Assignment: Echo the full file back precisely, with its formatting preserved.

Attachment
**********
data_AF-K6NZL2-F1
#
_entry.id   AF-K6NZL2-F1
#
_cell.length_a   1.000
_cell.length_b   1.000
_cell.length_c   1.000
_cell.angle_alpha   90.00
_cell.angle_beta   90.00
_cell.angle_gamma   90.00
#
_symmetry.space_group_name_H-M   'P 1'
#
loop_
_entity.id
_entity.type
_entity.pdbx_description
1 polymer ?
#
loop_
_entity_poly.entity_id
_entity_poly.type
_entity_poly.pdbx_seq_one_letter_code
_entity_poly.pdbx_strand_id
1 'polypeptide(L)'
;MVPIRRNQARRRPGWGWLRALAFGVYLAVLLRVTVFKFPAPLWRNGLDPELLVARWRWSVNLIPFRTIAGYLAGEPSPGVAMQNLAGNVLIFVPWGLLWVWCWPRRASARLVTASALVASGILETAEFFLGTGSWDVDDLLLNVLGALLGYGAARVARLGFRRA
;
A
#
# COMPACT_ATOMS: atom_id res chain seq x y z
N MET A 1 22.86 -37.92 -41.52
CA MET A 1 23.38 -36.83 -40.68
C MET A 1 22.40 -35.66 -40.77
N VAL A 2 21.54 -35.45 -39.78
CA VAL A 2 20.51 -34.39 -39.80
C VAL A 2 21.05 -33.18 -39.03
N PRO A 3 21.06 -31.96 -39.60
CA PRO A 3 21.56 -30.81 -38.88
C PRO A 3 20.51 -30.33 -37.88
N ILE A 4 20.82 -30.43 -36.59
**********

data_AF-K6NZL2-F1
#
_entry.id   AF-K6NZL2-F1
#
_cell.length_a   1.000
_cell.length_b   1.000
_cell.length_c   1.000
_cell.angle_alpha   90.00
_cell.angle_beta   90.00
_cell.angle_gamma   90.00
#
_symmetry.space_group_name_H-M   'P 1'
#
loop_
_entity.id
_entity.type
_entity.pdbx_description
1 polymer ?
#
loop_
_entity_poly.entity_id
_entity_poly.type
_entity_poly.pdbx_seq_one_letter_code
_entity_poly.pdbx_strand_id
1 'polypeptide(L)'
;MVPIRRNQARRRPGWGWLRALAFGVYLAVLLRVTVFKFPAPLWRNGLDPELLVARWRWSVNLIPFRTIAGYLAGEPSPGVAMQNLAGNVLIFVPWGLLWVWCWPRRASARLVTASALVASGILETAEFFLGTGSWDVDDLLLNVLGALLGYGAARVARLGFRRA
;
A
#
# COMPACT_ATOMS: atom_id res chain seq x y z
N MET A 1 22.86 -37.92 -41.52
CA MET A 1 23.38 -36.83 -40.68
C MET A 1 22.40 -35.66 -40.77
N VAL A 2 21.54 -35.45 -39.78
CA VAL A 2 20.51 -34.39 -39.80
C VAL A 2 21.05 -33.18 -39.03
N PRO A 3 21.06 -31.96 -39.60
CA PRO A 3 21.56 -30.81 -38.88
C PRO A 3 20.51 -30.33 -37.88
N ILE A 4 20.82 -30.43 -36.59